Two California men developed swelling, crusting and pus-filled bumps on their faces after being injected with the Moderna vaccine. Researchers say the vaccines caused an overreaction of the immune system in the men, both of whom already had high levels of neutrophils. The reports were published in JAMA Dermatology, where the researchers detailed the cases of the patients, who visited the University of California hospital.
The men exhibited symptoms such as facial swelling, crusting on the cheeks and pustules after getting the vaccine. The first case was a man in his 50s who went to the ER four days after his first dose of the Moderna vaccine. While he did not have a fever, he did have excessive swelling, pustules and crusting on his cheeks and near his eyes. He had no history of allergic reactions, facial fillers or rosacea. He was prescribed antibiotics and topical corticosteroids, and the condition was resolved within seven days.
The second patient was a man in his 80s who exhibited symptoms within 24 hours of his shot. He experienced facial swelling with redness and pain, fatigue and fever. Upon examination, he also had red bumps on his skin, pustules and crusting across his cheeks and nose. He was also prescribed antibiotics and an immunosuppressive drug.
Upon examination, researchers found that both patients have very high levels of neutrophils, a type of white blood cell that destroys foreign invaders in the body. They believed that the vaccine caused an overreaction in the men’s bodies, causing their white blood cell counts to rise, and the immune system to respond in the form of a rash.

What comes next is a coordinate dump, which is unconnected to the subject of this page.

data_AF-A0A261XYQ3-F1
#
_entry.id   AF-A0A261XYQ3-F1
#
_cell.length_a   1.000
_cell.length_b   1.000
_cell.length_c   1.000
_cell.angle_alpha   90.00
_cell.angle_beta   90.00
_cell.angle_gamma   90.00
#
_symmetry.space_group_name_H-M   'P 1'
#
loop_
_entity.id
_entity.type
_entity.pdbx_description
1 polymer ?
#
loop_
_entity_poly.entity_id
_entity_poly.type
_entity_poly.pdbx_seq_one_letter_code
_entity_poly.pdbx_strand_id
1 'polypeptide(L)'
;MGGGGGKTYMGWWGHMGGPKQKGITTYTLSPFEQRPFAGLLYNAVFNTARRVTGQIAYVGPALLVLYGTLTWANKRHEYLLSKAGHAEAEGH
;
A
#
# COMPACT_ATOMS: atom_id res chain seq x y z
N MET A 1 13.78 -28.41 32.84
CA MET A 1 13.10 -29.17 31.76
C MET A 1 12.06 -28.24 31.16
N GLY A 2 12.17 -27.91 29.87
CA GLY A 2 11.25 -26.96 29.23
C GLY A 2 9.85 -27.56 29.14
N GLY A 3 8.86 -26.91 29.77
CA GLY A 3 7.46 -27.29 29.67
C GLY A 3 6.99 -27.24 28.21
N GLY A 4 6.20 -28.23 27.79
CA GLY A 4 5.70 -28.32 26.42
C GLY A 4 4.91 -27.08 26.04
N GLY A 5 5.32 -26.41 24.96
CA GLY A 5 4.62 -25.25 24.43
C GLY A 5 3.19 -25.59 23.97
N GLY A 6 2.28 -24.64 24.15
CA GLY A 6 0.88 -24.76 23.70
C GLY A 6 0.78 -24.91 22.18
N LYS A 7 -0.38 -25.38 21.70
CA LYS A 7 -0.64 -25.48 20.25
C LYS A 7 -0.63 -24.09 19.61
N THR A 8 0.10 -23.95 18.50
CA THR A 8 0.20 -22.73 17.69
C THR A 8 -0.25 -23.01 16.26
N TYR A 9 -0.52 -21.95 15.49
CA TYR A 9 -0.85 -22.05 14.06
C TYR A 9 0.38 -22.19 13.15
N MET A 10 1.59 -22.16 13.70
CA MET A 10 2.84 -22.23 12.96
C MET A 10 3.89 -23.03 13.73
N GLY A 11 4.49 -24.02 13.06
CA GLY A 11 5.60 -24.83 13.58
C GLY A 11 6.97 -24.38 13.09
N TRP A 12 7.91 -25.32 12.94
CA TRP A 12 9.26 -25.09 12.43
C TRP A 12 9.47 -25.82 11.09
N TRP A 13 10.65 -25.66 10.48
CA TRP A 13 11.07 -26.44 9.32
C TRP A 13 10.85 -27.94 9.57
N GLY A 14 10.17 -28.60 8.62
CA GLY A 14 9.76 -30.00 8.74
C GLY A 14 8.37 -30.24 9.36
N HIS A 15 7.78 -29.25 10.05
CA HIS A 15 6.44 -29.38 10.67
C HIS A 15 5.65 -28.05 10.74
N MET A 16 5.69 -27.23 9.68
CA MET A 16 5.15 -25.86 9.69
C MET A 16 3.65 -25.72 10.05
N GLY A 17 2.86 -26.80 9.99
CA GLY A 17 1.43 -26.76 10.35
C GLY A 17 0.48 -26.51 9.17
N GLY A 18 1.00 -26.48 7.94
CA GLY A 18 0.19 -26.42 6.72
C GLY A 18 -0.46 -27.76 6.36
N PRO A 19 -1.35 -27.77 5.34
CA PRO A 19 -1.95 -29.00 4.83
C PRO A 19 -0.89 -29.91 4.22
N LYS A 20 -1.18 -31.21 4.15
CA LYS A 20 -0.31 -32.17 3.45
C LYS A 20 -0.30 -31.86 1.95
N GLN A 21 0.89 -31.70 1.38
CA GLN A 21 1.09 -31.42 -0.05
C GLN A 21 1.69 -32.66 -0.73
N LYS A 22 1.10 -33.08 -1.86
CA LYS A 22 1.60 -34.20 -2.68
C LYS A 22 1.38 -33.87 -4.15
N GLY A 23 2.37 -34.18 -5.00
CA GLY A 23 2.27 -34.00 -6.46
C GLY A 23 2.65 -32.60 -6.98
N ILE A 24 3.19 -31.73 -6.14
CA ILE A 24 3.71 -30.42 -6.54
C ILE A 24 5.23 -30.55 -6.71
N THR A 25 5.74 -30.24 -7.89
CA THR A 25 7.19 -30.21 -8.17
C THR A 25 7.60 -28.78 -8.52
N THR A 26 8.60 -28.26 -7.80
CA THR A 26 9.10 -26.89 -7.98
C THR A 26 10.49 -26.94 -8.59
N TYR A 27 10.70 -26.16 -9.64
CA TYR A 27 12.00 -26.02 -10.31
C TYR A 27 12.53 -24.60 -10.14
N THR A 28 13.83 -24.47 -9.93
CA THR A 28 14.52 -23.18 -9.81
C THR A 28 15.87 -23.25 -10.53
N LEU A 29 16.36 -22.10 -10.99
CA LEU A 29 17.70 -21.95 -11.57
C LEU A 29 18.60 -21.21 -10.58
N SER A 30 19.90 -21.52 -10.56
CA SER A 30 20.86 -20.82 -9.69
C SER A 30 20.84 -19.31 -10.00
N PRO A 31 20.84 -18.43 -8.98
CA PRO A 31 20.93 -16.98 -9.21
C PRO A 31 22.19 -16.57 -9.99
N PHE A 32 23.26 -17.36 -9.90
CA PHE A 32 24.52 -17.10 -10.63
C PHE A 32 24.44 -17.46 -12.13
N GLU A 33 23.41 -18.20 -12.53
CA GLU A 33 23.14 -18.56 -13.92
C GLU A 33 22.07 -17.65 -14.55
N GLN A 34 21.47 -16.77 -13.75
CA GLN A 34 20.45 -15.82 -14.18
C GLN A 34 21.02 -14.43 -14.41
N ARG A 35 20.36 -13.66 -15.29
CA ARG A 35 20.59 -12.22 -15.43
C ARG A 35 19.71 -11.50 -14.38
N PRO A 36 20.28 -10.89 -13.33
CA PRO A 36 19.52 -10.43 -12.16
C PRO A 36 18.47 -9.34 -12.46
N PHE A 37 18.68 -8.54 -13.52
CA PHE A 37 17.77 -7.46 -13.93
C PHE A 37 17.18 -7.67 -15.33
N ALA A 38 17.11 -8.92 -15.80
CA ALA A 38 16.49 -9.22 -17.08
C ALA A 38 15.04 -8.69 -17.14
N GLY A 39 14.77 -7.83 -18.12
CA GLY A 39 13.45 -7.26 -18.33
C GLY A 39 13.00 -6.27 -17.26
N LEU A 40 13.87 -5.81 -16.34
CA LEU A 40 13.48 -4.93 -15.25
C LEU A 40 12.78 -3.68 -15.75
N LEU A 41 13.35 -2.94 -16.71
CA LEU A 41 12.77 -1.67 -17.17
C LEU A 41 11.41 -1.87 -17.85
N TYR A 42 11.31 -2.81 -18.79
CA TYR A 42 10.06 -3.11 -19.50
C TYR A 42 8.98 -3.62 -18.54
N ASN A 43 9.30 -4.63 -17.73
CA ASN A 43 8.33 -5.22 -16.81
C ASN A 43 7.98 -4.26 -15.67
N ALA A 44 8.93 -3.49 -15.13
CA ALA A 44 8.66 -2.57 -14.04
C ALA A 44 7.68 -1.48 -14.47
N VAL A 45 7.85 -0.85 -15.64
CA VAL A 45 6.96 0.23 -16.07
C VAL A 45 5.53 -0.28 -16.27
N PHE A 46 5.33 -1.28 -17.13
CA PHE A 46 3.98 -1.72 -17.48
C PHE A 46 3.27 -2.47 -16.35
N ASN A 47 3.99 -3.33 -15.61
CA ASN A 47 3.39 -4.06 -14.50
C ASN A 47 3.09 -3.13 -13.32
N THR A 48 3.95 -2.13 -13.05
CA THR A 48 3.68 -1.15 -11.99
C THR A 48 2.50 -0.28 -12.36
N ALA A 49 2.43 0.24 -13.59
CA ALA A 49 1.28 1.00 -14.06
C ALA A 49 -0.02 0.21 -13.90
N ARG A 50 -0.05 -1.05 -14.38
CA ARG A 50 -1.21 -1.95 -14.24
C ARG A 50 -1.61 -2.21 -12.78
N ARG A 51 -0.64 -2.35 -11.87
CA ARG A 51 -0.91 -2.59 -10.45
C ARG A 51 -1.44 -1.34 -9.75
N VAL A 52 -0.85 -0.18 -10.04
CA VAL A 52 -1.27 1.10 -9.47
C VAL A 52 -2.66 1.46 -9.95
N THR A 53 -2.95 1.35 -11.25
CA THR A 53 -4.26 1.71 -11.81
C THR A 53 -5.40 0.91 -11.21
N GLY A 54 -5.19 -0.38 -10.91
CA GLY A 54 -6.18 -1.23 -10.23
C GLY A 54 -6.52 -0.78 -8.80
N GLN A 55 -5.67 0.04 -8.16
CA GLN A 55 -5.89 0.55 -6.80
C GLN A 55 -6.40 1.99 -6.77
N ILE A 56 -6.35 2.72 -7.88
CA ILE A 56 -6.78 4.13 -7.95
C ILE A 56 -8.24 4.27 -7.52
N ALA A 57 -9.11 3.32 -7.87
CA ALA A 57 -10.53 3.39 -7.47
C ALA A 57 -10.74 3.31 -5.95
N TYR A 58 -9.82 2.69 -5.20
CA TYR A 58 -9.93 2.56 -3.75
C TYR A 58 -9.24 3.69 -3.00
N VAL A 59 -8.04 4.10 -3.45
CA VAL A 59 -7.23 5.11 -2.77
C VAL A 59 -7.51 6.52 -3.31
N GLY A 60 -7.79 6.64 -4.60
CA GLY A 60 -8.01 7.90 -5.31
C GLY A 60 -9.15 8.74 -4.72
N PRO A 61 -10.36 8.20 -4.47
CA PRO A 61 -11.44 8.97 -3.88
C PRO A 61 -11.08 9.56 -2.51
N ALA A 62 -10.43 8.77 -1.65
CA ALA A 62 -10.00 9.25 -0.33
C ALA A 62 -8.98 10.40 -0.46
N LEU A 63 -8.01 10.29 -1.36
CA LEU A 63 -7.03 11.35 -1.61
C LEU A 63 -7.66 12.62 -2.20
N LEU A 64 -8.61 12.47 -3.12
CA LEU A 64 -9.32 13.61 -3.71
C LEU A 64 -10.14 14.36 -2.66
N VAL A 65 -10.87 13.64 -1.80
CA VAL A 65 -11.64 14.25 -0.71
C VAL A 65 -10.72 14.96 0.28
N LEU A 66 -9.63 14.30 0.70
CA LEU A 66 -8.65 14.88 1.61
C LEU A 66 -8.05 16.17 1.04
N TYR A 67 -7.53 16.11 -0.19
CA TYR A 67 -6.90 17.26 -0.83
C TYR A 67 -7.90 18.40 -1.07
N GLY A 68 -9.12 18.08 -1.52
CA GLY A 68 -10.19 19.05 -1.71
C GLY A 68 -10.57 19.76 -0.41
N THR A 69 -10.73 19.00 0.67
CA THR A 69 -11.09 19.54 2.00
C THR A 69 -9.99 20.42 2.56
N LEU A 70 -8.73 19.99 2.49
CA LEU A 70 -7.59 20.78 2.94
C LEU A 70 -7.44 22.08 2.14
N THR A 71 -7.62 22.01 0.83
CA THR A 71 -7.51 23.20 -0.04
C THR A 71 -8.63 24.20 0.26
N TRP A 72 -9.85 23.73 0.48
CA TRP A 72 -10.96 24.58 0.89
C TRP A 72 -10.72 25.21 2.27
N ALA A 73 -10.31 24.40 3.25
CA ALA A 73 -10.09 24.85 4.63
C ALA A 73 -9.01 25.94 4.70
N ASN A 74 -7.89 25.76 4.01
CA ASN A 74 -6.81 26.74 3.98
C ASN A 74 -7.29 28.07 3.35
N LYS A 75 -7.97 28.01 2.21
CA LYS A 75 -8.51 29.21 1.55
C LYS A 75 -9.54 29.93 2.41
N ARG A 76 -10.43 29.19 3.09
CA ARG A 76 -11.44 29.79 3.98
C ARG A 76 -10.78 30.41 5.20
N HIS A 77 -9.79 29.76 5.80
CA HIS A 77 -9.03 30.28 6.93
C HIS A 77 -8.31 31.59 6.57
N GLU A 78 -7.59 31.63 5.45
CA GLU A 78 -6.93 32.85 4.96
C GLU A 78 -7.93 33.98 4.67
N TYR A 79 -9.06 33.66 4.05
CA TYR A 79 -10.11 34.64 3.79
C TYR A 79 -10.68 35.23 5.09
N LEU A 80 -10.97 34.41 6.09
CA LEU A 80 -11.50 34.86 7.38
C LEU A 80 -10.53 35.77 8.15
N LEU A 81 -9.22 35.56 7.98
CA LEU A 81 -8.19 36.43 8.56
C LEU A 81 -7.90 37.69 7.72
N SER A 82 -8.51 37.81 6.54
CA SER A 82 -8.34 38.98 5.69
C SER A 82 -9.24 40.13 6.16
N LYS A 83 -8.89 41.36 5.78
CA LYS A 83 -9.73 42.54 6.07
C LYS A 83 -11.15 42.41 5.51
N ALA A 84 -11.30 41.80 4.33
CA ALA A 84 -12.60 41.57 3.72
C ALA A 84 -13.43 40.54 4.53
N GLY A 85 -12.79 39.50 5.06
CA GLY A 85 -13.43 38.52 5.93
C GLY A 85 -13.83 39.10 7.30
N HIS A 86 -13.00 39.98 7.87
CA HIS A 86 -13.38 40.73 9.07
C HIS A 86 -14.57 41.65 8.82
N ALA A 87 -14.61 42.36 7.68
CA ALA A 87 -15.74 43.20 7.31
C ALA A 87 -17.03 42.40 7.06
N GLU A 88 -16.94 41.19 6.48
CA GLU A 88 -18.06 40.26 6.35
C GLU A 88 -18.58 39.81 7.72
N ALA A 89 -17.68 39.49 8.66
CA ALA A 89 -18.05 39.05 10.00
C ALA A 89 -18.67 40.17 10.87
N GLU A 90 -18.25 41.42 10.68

The authors wrote: “The clinical presentation of a facial rash with pustules and the shared…findings of a dense neutrophilic infiltrate…support a facial pustular neutrophilic eruption as the reaction pattern. Reassuringly, this facial pustular neutrophilic eruption resolved within seven to 10 days and without serious [after effects].”
These came after people inoculated with the Moderna vaccine reported reactions on the arm up to 11 days after their dose. (Related: Moderna representative ADMITS vaccine is experimental and everyone taking it is part of a clinical trial with unknown consequences.)
Other side effects of vaccines
The World Health Organization noted that individuals with a history of severe allergic reactions to any of the components of the Moderna vaccine should not be inoculated with the brand or any other mRNA vaccine. The most common after-effects of the Moderna vaccine, according to the Centers for Disease Control and Prevention include tiredness, headache, muscle and joint aches, nausea and vomiting, underarm swelling, chills and fever. In many cases, it can also cause pain, swelling or redness at the injection site.
WHO also indicated that other less common side effects are possible and are more common after the second dose of the vaccine. These side effects are normal signs that the body is building protection and should be gone in a few days, however, there are rare cases that may need more treatment or medical care.
On another note, a separate study found that there have been cases of patients developing herpes zoster skin rash after receiving the Pfizer vaccine. Herpes zoster, also known as shingles, starts as an itchy skin rash with small red bumps that can lead to pain and nerve damage. It can also cause a prolonged burning sensation on the skin.
Patients reported experiencing skin reactions after receiving COVID-19 vaccines, in particular, Pfizer and Moderna shots. With no definitive list of side effects associated with any of the vaccines, individuals are advised to weigh the risks properly before getting inoculated.
Read more COVID-19 related updates at Pandemic news.